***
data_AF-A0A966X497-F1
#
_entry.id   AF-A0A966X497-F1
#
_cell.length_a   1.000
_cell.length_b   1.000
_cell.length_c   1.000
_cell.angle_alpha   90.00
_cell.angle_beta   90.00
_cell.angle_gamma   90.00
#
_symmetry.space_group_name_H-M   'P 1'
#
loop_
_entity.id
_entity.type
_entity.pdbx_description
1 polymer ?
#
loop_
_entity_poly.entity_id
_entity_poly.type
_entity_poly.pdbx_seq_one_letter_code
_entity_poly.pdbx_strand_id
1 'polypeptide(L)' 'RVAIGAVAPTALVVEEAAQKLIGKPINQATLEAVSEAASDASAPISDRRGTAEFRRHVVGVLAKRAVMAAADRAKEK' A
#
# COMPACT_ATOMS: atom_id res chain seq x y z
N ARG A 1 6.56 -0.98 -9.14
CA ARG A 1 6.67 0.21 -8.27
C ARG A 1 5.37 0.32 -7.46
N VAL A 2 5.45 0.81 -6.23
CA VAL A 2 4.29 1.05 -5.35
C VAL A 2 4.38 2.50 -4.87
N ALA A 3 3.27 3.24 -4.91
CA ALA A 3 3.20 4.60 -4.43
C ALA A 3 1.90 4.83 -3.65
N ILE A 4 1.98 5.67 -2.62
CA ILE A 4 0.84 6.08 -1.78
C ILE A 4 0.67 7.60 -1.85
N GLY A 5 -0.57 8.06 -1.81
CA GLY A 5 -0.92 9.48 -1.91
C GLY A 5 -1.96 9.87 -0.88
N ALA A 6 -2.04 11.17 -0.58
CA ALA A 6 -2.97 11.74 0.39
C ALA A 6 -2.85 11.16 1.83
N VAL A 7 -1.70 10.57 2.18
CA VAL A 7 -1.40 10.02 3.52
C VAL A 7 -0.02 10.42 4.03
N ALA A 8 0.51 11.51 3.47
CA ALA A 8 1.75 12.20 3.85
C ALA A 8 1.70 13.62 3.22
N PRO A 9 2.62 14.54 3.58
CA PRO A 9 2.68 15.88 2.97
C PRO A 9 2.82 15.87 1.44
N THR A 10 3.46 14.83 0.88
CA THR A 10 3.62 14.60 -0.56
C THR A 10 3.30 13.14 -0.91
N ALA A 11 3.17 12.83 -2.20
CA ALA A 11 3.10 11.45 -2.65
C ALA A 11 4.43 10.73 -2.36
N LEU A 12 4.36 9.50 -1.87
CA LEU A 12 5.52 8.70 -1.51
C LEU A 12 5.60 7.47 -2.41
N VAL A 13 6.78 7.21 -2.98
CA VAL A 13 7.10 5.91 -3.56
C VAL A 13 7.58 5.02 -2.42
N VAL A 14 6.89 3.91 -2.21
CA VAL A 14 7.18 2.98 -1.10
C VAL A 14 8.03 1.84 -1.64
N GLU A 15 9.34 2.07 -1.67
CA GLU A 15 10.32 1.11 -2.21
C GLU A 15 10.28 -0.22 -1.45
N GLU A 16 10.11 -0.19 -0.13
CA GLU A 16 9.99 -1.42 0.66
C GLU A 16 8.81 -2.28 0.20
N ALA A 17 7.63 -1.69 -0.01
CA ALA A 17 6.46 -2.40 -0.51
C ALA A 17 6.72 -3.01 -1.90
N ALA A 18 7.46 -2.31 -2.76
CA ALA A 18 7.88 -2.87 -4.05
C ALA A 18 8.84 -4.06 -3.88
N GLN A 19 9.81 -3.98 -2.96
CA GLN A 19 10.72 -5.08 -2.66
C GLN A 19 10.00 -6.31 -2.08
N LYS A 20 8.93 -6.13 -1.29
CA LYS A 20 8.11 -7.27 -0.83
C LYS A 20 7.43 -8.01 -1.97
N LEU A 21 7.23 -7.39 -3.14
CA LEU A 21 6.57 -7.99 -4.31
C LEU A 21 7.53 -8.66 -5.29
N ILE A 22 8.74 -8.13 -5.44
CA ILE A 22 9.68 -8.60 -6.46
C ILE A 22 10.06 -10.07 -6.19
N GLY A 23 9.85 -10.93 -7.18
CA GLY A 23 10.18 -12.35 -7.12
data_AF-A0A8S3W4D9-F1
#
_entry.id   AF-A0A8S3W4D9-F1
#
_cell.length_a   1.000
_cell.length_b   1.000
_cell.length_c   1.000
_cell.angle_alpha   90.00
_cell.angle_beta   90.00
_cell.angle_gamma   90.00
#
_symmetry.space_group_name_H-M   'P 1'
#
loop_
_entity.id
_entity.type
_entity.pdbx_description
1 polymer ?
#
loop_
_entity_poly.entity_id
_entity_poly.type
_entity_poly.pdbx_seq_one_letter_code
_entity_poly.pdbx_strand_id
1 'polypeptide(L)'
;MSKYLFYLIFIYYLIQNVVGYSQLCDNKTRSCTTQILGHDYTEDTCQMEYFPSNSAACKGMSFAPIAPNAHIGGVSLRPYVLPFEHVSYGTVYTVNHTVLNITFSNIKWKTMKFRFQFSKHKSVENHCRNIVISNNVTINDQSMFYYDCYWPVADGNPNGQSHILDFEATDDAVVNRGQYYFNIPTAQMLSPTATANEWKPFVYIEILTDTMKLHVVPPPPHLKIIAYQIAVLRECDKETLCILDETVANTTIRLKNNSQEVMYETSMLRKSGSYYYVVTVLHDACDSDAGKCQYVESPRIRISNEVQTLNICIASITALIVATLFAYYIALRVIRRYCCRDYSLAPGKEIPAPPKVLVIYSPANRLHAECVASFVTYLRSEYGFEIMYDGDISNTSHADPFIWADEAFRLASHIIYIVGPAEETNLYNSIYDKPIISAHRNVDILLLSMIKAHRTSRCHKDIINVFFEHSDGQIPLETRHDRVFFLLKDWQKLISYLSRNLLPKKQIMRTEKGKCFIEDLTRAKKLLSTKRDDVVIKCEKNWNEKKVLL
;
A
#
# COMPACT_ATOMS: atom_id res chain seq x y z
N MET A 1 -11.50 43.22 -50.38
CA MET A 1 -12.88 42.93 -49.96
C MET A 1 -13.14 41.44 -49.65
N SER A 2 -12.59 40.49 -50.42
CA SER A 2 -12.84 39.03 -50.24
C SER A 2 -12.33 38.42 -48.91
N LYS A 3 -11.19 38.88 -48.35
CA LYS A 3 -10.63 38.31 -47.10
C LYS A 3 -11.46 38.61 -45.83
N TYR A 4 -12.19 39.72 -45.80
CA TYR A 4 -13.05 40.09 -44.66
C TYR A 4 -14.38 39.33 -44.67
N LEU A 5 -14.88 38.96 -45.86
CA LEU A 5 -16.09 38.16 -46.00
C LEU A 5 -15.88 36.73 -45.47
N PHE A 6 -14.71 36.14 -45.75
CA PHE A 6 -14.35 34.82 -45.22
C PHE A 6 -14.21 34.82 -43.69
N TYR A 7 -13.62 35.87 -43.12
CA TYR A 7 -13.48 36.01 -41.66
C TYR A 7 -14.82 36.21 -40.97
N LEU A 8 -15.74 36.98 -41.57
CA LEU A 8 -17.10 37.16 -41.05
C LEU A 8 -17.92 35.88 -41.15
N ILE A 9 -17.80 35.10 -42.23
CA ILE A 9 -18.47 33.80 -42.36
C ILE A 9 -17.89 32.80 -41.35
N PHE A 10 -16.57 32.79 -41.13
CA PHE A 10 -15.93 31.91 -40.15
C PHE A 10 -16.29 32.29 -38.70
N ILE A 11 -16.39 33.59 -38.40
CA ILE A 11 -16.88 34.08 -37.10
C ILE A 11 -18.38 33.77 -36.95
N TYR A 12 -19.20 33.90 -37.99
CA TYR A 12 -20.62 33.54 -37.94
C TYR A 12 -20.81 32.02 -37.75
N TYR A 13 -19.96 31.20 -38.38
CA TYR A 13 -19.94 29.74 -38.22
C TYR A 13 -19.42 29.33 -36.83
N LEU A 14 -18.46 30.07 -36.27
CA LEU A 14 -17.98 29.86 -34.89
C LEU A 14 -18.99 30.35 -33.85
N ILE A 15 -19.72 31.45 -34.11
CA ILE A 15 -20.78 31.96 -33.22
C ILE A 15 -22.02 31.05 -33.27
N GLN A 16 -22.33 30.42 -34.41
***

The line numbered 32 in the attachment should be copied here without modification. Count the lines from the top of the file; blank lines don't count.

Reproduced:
CA VAL A 2 4.29 1.05 -5.35